Susanna Alyce 01263 740392

email: susanna@yoga-meditation-relaxation.co.uk

These links give some background to mindfulness:

Mark Williams. The science of mindfulness 


Have you ever spent 5 minutes listening to an animal breathe? Or a human? Two rather different experiences possibly!

Was it in irritation because they were keeping you awake? Disturbing you in an exam? Revolting you in the cinema?

Or with peace and contentment at the gentle cadence of their breathing pattern?

The sound of someone else breathing can trigger aversion and dislike, or loving connection. But it can also loosen the knotty difficulty around our own breathing patterns.

When difficult breathing has been part and parcel of a traumatic event (and it always is – danger causes the body to shift into short, shallow breath, or stop breathing altogether in freeze moments), then forever after the breath can be a trigger into discomfort…until we find a way to approach the breath differently.

Today’s invitation is more than a little different!

After trauma, coming close to our own breathing can present a massive barrier to undoing this awkward link between the awful event/s and the breath. And while the world tells us breathing will heal and calm us, we are stuck in a sort of breathless purgatory, with an added dose of shame for being unable to get with the breathing-gig.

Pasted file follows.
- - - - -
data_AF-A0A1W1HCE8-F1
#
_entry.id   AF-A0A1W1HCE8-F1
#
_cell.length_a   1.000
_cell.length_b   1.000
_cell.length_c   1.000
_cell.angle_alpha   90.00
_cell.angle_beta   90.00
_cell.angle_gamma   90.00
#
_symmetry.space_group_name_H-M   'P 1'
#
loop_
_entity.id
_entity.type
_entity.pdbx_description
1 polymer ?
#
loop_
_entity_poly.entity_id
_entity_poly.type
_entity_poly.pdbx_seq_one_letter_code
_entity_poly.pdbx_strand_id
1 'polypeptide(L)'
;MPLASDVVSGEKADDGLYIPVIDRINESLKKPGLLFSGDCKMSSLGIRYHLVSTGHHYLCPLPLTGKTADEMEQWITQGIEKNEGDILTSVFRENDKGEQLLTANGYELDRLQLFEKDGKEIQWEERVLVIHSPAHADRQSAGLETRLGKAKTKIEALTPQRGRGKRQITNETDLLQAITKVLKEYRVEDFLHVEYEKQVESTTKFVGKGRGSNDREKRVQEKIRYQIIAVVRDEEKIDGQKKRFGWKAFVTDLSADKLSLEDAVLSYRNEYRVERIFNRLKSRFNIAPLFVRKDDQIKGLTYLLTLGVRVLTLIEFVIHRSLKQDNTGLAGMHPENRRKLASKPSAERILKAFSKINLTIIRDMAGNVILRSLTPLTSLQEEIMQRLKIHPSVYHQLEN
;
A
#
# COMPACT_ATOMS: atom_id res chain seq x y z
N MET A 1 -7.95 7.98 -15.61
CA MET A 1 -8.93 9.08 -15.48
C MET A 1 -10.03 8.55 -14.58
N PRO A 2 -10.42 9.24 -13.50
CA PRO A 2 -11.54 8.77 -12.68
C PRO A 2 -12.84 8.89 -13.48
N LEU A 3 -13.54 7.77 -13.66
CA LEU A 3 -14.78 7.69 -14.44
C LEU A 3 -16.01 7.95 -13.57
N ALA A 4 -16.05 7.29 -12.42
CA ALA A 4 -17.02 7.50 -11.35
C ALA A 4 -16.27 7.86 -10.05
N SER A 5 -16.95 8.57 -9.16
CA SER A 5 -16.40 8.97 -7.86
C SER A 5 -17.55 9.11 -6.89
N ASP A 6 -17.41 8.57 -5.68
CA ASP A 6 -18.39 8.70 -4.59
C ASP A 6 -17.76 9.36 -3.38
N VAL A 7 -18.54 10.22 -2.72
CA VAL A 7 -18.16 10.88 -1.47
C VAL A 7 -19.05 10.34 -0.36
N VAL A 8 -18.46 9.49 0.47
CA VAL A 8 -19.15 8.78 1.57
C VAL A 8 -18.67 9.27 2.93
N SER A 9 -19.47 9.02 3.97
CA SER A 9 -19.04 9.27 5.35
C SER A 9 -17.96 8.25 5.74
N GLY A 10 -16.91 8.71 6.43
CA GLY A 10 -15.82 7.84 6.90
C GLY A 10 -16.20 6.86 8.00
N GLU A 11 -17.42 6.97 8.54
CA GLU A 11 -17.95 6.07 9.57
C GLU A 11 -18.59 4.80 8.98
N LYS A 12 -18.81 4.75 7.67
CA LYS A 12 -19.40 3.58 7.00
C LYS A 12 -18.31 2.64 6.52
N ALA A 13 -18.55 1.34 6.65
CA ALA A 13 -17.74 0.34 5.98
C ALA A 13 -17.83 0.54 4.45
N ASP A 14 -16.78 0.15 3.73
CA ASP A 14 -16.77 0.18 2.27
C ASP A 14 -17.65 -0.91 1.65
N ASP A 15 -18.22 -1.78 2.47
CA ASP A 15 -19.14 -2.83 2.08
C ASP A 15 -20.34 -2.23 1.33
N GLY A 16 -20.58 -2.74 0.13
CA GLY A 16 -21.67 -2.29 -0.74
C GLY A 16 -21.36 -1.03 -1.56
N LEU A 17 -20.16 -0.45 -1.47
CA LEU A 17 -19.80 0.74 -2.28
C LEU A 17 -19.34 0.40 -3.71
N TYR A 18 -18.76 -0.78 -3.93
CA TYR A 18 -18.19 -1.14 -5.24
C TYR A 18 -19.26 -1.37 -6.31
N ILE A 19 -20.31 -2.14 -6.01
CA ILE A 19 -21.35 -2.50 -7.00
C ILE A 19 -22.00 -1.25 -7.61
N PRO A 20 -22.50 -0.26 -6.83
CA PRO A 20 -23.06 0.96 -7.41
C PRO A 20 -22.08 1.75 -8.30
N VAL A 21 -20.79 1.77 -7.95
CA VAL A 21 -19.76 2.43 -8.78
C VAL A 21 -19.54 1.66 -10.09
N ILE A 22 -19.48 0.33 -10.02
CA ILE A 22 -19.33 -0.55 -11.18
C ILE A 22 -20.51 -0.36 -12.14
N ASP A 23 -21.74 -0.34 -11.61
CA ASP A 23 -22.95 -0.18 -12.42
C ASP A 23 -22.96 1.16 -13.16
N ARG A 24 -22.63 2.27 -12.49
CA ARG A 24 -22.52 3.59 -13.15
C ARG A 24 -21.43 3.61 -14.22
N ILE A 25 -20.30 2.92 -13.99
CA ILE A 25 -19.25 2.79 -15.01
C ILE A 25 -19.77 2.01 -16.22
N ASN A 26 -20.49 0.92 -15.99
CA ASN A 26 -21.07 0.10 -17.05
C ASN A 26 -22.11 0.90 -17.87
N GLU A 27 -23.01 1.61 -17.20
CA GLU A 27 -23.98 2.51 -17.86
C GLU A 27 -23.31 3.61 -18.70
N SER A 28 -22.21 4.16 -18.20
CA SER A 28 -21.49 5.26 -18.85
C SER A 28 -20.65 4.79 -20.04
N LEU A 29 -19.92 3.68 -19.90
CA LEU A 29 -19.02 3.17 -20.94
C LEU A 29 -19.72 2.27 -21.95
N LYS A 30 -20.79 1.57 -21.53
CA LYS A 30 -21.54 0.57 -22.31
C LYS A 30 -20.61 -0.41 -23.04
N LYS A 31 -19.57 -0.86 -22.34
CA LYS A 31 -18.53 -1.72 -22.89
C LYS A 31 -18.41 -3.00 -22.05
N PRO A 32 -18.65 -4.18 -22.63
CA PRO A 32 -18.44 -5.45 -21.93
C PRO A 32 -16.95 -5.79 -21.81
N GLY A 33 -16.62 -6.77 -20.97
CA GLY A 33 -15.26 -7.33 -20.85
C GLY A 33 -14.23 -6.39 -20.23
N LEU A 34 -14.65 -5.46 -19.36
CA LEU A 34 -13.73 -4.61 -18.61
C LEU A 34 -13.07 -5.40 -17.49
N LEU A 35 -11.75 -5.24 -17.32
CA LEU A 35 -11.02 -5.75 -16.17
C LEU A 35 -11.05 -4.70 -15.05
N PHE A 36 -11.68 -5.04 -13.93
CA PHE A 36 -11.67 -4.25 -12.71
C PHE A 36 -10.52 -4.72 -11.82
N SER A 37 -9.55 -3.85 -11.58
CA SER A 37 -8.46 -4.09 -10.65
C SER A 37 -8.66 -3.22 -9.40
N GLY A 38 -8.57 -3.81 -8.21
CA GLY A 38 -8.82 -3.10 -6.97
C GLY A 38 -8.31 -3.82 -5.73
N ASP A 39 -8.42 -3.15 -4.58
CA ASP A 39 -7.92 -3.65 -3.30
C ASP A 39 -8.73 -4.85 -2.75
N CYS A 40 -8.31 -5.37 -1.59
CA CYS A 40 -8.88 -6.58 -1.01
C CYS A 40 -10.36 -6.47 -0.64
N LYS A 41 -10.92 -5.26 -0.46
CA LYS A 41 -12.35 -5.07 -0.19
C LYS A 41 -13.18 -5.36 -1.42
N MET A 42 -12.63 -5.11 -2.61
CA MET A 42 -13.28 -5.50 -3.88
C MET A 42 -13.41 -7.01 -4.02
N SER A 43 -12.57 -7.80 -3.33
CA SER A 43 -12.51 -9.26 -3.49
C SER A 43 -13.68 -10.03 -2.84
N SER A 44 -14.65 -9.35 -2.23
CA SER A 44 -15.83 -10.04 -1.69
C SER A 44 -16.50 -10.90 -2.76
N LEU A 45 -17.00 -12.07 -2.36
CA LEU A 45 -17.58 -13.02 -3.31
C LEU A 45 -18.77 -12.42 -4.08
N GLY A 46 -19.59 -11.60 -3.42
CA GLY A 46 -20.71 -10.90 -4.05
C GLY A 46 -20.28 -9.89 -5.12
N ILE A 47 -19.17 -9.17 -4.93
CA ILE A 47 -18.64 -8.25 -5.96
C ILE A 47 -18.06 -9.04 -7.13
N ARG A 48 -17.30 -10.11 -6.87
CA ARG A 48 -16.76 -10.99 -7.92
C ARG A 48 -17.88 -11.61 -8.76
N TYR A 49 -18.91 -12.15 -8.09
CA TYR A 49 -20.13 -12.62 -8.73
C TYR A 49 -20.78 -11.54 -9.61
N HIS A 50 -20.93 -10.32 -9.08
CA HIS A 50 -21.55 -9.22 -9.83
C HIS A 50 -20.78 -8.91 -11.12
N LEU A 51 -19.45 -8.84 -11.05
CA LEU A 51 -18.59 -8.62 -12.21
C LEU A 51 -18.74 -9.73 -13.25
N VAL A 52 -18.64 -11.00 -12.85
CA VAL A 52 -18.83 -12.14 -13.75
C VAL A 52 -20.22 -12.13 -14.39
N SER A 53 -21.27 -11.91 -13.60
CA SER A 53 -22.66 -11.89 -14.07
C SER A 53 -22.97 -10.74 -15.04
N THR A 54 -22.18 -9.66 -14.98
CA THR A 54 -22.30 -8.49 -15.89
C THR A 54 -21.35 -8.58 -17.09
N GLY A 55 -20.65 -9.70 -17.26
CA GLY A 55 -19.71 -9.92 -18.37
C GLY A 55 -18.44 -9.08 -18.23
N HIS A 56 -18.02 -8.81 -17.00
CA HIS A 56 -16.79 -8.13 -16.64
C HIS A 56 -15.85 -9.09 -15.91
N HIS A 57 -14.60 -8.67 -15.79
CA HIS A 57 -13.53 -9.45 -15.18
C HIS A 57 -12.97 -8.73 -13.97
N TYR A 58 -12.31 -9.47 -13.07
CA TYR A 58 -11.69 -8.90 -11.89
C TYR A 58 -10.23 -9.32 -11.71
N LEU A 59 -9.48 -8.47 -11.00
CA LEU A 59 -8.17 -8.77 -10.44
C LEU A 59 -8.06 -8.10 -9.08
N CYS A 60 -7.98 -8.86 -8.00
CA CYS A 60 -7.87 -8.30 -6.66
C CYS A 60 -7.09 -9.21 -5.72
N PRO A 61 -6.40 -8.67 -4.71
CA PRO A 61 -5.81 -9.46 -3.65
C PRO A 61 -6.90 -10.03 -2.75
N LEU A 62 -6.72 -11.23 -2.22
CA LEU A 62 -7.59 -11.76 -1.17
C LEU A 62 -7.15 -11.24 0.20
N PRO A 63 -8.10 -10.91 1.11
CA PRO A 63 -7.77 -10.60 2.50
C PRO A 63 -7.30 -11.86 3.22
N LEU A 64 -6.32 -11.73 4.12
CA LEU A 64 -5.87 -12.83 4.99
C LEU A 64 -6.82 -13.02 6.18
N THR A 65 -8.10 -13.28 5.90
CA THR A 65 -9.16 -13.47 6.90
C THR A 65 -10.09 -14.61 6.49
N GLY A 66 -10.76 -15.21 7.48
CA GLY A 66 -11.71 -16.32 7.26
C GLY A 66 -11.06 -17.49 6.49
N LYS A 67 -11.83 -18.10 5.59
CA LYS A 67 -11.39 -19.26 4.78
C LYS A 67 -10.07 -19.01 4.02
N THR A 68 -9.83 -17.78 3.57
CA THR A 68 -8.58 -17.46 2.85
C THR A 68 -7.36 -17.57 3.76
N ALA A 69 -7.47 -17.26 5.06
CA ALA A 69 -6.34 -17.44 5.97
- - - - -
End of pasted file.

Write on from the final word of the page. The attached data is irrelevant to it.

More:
But watching someone else breathe can be fascinating. And what if it becomes a curious game of noticing and second-guessing the length of their next out-breath? Watching their body rise and fall. Their snores as a kind of interesting discordant modern music. The pauses between breaths as moments of expectant stillness. If you are very good friends, you might have a go at resting your hand on their tummy, and then you’re ‘touching’ someone’s breath – very special. I did this with my Dad in his last days and it was so affirming and transformational of our relationship.

Moving towards someone’s breath (animal or human) with curious interest changes everything.

I won’t spoil your ending. I’ll let you discover for yourself what happens to your aversion to breath (yours or anyone else’s) when you deliberately decide to listen to someone breathing. Or better still a dog or cat, gerbil etc – although you might need some form of stethoscope for this!

(Above – my Mum, feeling the dog breathing)

Inspirational Poem

John Welwood: Forget about enlightenment

Forget about enlightenment.
Sit down wherever you are
And listen to the wind singing in your veins.
Feel the love, the longing, the fear in your bones.
Open your heart to who you are, right now,
Not who you would like to be,
Not the saint you are striving to become,
But the being right here before you, inside you, around you.
All of you is holy.
You are already more and less
Than whatever you can know.
Breathe out,
Touch in,
Let go.

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